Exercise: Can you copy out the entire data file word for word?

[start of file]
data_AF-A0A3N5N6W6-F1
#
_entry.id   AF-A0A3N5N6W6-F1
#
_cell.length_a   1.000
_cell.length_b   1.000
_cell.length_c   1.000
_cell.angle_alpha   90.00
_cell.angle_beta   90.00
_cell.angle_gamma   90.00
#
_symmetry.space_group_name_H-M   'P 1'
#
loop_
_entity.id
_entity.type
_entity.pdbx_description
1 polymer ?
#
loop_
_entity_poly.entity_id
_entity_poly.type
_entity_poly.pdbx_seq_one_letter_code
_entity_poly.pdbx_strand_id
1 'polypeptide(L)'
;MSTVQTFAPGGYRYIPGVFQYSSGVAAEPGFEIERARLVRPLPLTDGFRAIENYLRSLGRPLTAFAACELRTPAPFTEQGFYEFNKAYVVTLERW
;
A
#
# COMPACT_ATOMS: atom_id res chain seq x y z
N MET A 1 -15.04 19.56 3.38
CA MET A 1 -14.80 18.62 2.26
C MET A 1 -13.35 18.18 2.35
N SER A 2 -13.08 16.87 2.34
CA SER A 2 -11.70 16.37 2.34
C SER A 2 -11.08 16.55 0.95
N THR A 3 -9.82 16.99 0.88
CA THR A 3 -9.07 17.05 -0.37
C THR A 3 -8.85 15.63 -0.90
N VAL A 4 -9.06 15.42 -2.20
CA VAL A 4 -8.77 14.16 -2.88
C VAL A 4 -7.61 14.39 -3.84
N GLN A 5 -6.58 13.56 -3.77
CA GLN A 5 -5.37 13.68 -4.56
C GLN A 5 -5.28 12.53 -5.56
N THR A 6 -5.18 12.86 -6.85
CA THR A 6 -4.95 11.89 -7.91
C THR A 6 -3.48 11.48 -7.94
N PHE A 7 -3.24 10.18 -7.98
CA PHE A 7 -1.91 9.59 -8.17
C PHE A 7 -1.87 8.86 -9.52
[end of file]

data_AF-A0A3N5N6W6-F1
#
_entry.id   AF-A0A3N5N6W6-F1
#
_cell.length_a   1.000
_cell.length_b   1.000
_cell.length_c   1.000
_cell.angle_alpha   90.00
_cell.angle_beta   90.00
_cell.angle_gamma   90.00
#
_symmetry.space_group_name_H-M   'P 1'
#
loop_
_entity.id
_entity.type
_entity.pdbx_description
1 polymer ?
#
loop_
_entity_poly.entity_id
_entity_poly.type
_entity_poly.pdbx_seq_one_letter_code
_entity_poly.pdbx_strand_id
1 'polypeptide(L)'
;MSTVQTFAPGGYRYIPGVFQYSSGVAAEPGFEIERARLVRPLPLTDGFRAIENYLRSLGRPLTAFAACELRTPAPFTEQGFYEFNKAYVVTLERW
;
A
#
# COMPACT_ATOMS: atom_id res chain seq x y z
N MET A 1 -15.04 19.56 3.38
CA MET A 1 -14.80 18.62 2.26
C MET A 1 -13.35 18.18 2.35
N SER A 2 -13.08 16.87 2.34
CA SER A 2 -11.70 16.37 2.34
C SER A 2 -11.08 16.55 0.95
N THR A 3 -9.82 16.99 0.88
CA THR A 3 -9.07 17.05 -0.37
C THR A 3 -8.85 15.63 -0.90
N VAL A 4 -9.06 15.42 -2.20
CA VAL A 4 -8.77 14.16 -2.88
C VAL A 4 -7.61 14.39 -3.84
N GLN A 5 -6.58 13.56 -3.77
CA GLN A 5 -5.37 13.68 -4.56
C GLN A 5 -5.28 12.53 -5.56
N THR A 6 -5.18 12.86 -6.85
CA THR A 6 -4.95 11.89 -7.91
C THR A 6 -3.48 11.48 -7.94
N PHE A 7 -3.24 10.18 -7.98
CA PHE A 7 -1.91 9.59 -8.17
C PHE A 7 -1.87 8.86 -9.52